Note, however, that empty input still produces lots of defines with -dD option.

@Pavel 2014-01-29 18:42:12

@rubenvb it's irrelevant. the point is to have cmd line that works equally well on windows and unix at least. If you use NUL, you are back to square one: it won't work on systems that do not have it.

@Xeverous 2017-07-30 11:56:49

adding full answer for C++, works on both Windows and Linux (although sort behaves little different): echo | gcc -x c++ -std=c++17 -dM -E - | sort

@Lennart Rolland 2018-07-25 19:45:10

This produces empty output in git-bash.

@Pavel 2018-07-26 00:59:01

@LennartRolland does it have gcc? In my git-bash I cannot run gcc

@Lennart Rolland 2018-07-26 07:23:44

@pavel I use mingw32 gcc that comes with Qt5 binary distribution for windows.

@Pavel 2018-07-26 21:53:58

Don't know what to say. Mingw64 that comes with msys2 works for me: echo | x86_64-w64-mingw32-gcc.exe -dM -E -. Try to run it in cmd.exe to verify that it all works properly?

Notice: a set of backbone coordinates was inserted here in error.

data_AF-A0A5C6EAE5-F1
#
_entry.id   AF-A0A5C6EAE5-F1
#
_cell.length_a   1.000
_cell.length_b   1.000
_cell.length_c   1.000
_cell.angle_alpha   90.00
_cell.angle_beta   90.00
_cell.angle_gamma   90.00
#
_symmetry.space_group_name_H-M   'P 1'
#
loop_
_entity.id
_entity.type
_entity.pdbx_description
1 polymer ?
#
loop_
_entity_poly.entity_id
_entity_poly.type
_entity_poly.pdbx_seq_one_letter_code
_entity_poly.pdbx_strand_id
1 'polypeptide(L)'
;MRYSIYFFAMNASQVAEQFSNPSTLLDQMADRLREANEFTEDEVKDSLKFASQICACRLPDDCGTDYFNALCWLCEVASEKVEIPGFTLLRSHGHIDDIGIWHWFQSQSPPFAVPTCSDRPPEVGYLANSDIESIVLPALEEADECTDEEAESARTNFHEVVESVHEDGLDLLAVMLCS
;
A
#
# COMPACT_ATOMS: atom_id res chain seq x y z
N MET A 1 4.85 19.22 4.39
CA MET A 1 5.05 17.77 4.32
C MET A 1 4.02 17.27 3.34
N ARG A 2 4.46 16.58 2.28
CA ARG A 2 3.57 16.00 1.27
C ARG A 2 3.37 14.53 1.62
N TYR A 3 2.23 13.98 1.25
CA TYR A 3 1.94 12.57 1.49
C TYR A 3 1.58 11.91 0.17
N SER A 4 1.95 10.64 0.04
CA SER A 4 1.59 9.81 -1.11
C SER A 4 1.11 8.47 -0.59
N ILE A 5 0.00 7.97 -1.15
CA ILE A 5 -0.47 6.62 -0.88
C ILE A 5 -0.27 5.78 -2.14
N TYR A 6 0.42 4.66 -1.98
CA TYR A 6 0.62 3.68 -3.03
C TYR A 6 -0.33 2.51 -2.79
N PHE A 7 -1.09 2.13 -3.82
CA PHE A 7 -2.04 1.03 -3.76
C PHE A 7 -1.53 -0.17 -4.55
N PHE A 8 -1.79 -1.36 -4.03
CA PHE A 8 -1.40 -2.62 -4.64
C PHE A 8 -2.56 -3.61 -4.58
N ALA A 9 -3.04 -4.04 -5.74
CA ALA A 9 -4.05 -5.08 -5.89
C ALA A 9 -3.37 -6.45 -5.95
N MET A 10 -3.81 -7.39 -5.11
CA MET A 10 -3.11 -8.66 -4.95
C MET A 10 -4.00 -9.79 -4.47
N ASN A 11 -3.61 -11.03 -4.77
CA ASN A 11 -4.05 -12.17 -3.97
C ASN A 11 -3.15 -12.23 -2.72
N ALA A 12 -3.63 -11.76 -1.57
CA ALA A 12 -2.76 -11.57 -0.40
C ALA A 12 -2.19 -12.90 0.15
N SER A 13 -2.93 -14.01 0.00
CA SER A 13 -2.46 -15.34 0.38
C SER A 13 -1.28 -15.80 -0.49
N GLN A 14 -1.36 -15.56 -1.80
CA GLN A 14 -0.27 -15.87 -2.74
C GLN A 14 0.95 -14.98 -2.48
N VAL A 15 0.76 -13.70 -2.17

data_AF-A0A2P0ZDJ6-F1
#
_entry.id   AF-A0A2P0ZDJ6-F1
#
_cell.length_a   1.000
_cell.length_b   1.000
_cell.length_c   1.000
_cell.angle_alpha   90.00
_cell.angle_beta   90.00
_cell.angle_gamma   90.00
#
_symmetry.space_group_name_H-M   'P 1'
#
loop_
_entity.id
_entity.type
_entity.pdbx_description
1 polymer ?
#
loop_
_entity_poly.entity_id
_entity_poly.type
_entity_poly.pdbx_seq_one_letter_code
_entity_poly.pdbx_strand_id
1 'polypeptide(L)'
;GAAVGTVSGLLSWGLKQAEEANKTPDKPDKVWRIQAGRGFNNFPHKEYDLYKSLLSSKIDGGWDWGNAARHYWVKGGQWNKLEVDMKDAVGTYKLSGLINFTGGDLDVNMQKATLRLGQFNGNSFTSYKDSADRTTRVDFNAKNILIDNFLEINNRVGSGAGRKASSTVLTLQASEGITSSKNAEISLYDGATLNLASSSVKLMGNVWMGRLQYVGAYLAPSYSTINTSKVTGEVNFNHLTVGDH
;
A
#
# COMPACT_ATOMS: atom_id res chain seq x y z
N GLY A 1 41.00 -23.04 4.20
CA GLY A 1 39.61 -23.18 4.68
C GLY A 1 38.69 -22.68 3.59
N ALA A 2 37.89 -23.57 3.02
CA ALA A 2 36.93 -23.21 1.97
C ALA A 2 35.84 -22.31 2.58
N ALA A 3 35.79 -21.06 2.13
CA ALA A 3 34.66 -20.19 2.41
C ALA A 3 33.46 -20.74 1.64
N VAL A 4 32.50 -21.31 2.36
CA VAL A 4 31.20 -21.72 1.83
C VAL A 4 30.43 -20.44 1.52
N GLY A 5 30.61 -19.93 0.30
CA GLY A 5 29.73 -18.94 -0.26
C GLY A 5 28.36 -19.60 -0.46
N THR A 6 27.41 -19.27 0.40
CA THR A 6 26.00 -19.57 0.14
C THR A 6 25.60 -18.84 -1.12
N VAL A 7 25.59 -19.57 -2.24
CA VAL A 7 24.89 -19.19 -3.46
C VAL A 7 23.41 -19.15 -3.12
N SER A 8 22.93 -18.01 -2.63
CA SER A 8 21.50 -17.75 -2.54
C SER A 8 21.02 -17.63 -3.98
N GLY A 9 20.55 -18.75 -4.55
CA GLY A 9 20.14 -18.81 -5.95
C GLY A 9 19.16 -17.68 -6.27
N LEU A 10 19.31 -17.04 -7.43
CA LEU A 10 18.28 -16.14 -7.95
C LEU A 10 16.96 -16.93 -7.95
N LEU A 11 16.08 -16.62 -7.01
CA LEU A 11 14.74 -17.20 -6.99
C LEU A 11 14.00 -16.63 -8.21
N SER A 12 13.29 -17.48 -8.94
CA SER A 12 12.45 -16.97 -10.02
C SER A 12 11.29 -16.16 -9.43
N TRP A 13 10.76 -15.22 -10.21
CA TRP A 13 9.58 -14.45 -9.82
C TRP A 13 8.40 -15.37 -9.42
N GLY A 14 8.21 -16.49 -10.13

@Piotr Pałucki 2017-08-25 10:48:11

While working in a big project which has complex build system and where it is hard to get (or modify) the gcc/g++ command directly there is another way to see the result of macro expansion. Simply redefine the macro, and you will get output similiar to following:

file.h: note: this is the location of the previous definition
#define MACRO current_value

@Welgriv 2019-02-13 09:51:49

I am looking for what warning flag is used for it. Do you know ?

@hermannk 2015-01-16 09:28:01

The simple approach (gcc -dM -E - < /dev/null) works fine for gcc but fails for g++. Recently I required a test for a C++11/C++14 feature. Recommendations for their corresponding macro names are published at But:

g++ -dM -E - < /dev/null | fgrep __cpp_alias_templates

always fails, because it silently invokes the C-drivers (as if invoked by gcc). You can see this by comparing its output against that of gcc or by adding a g++-specific command line option like (-std=c++11) which emits the error message cc1: warning: command line option ‘-std=c++11’ is valid for C++/ObjC++ but not for C.

Because (the non C++) gcc will never support "Templates Aliases" (see you must add the -x c++ option to force the invocation of the C++ compiler (Credits for using the -x c++ options instead of an empty dummy file go to yuyichao, see below):